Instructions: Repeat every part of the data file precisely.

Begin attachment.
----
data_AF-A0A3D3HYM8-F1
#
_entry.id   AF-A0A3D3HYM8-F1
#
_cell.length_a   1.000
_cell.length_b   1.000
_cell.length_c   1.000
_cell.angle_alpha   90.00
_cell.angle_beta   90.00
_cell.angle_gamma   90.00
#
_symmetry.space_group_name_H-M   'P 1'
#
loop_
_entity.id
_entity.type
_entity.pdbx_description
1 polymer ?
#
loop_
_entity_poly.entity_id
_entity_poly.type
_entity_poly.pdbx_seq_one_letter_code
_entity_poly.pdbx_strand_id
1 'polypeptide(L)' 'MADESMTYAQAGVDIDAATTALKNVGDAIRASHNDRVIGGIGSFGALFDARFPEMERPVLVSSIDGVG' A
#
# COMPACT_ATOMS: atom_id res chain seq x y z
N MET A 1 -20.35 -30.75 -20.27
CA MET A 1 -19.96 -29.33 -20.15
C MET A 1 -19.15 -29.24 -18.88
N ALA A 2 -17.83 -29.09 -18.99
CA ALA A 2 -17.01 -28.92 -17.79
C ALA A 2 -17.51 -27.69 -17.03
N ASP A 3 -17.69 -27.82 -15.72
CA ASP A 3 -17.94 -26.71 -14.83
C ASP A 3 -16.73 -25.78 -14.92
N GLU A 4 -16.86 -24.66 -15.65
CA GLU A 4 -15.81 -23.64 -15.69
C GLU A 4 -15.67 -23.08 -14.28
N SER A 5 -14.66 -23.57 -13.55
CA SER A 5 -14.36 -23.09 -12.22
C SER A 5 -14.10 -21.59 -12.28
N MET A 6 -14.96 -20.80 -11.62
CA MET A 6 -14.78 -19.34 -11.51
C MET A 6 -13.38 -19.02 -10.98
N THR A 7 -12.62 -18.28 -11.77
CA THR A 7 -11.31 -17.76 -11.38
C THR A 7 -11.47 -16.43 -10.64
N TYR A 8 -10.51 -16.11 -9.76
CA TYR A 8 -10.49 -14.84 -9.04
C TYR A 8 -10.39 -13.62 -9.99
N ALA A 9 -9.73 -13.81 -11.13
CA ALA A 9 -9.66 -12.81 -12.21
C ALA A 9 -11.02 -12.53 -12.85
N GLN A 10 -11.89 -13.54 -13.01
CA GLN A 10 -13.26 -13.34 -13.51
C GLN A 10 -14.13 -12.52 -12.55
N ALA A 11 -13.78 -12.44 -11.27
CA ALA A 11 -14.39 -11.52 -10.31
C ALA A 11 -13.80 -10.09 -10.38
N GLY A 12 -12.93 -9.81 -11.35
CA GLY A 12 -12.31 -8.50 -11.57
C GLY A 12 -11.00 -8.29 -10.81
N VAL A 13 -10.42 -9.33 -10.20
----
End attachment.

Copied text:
data_AF-A0A3D3HYM8-F1
#
_entry.id   AF-A0A3D3HYM8-F1
#
_cell.length_a   1.000
_cell.length_b   1.000
_cell.length_c   1.000
_cell.angle_alpha   90.00
_cell.angle_beta   90.00
_cell.angle_gamma   90.00
#
_symmetry.space_group_name_H-M   'P 1'
#
loop_
_entity.id
_entity.type
_entity.pdbx_description
1 polymer ?
#
loop_
_entity_poly.entity_id
_entity_poly.type
_entity_poly.pdbx_seq_one_letter_code
_entity_poly.pdbx_strand_id
1 'polypeptide(L)' 'MADESMTYAQAGVDIDAATTALKNVGDAIRASHNDRVIGGIGSFGALFDARFPEMERPVLVSSIDGVG' A
#
# COMPACT_ATOMS: atom_id res chain seq x y z
N MET A 1 -20.35 -30.75 -20.27
CA MET A 1 -19.96 -29.33 -20.15
C MET A 1 -19.15 -29.24 -18.88
N ALA A 2 -17.83 -29.09 -18.99
CA ALA A 2 -17.01 -28.92 -17.79
C ALA A 2 -17.51 -27.69 -17.03
N ASP A 3 -17.69 -27.82 -15.72
CA ASP A 3 -17.94 -26.71 -14.83
C ASP A 3 -16.73 -25.78 -14.92
N GLU A 4 -16.86 -24.66 -15.65
CA GLU A 4 -15.81 -23.64 -15.69
C GLU A 4 -15.67 -23.08 -14.28
N SER A 5 -14.66 -23.57 -13.55
CA SER A 5 -14.36 -23.09 -12.22
C SER A 5 -14.10 -21.59 -12.28
N MET A 6 -14.96 -20.80 -11.62
CA MET A 6 -14.78 -19.34 -11.51
C MET A 6 -13.38 -19.02 -10.98
N THR A 7 -12.62 -18.28 -11.77
CA THR A 7 -11.31 -17.76 -11.38
C THR A 7 -11.47 -16.43 -10.64
N TYR A 8 -10.51 -16.11 -9.76
CA TYR A 8 -10.49 -14.84 -9.04
C TYR A 8 -10.39 -13.62 -9.99
N ALA A 9 -9.73 -13.81 -11.13
CA ALA A 9 -9.66 -12.81 -12.21
C ALA A 9 -11.02 -12.53 -12.85
N GLN A 10 -11.89 -13.54 -13.01
CA GLN A 10 -13.26 -13.34 -13.51
C GLN A 10 -14.13 -12.52 -12.55
N ALA A 11 -13.78 -12.44 -11.27
CA ALA A 11 -14.39 -11.52 -10.31
C ALA A 11 -13.80 -10.09 -10.38
N GLY A 12 -12.93 -9.81 -11.35
CA GLY A 12 -12.31 -8.50 -11.57
C GLY A 12 -11.00 -8.29 -10.81
N VAL A 13 -10.42 -9.33 -10.20